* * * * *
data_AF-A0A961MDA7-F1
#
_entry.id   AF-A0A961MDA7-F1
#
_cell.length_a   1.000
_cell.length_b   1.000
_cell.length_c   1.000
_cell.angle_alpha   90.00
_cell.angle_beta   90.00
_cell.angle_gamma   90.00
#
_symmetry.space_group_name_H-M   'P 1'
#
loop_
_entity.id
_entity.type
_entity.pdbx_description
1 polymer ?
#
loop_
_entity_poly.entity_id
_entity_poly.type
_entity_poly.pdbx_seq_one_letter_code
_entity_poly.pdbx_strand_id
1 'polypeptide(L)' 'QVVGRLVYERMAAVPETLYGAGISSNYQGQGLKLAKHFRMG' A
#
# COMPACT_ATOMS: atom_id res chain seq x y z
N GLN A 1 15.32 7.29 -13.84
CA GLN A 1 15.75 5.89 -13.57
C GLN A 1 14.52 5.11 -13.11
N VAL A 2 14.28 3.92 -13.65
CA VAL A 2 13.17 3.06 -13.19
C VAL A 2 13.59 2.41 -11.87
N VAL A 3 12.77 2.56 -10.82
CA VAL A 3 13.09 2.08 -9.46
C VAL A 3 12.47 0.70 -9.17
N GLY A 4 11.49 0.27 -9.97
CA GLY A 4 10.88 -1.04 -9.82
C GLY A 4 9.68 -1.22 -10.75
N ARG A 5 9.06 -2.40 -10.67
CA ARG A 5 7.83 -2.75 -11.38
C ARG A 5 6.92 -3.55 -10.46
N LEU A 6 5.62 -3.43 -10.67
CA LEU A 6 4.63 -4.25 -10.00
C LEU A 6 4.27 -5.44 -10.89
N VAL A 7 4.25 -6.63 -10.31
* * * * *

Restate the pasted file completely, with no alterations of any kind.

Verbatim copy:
data_AF-A0A961MDA7-F1
#
_entry.id   AF-A0A961MDA7-F1
#
_cell.length_a   1.000
_cell.length_b   1.000
_cell.length_c   1.000
_cell.angle_alpha   90.00
_cell.angle_beta   90.00
_cell.angle_gamma   90.00
#
_symmetry.space_group_name_H-M   'P 1'
#
loop_
_entity.id
_entity.type
_entity.pdbx_description
1 polymer ?
#
loop_
_entity_poly.entity_id
_entity_poly.type
_entity_poly.pdbx_seq_one_letter_code
_entity_poly.pdbx_strand_id
1 'polypeptide(L)' 'QVVGRLVYERMAAVPETLYGAGISSNYQGQGLKLAKHFRMG' A
#
# COMPACT_ATOMS: atom_id res chain seq x y z
N GLN A 1 15.32 7.29 -13.84
CA GLN A 1 15.75 5.89 -13.57
C GLN A 1 14.52 5.11 -13.11
N VAL A 2 14.28 3.92 -13.65
CA VAL A 2 13.17 3.06 -13.19
C VAL A 2 13.59 2.41 -11.87
N VAL A 3 12.77 2.56 -10.82
CA VAL A 3 13.09 2.08 -9.46
C VAL A 3 12.47 0.70 -9.17
N GLY A 4 11.49 0.27 -9.97
CA GLY A 4 10.88 -1.04 -9.82
C GLY A 4 9.68 -1.22 -10.75
N ARG A 5 9.06 -2.40 -10.67
CA ARG A 5 7.83 -2.75 -11.38
C ARG A 5 6.92 -3.55 -10.46
N LEU A 6 5.62 -3.43 -10.67
CA LEU A 6 4.63 -4.25 -10.00
C LEU A 6 4.27 -5.44 -10.89
N VAL A 7 4.25 -6.63 -10.31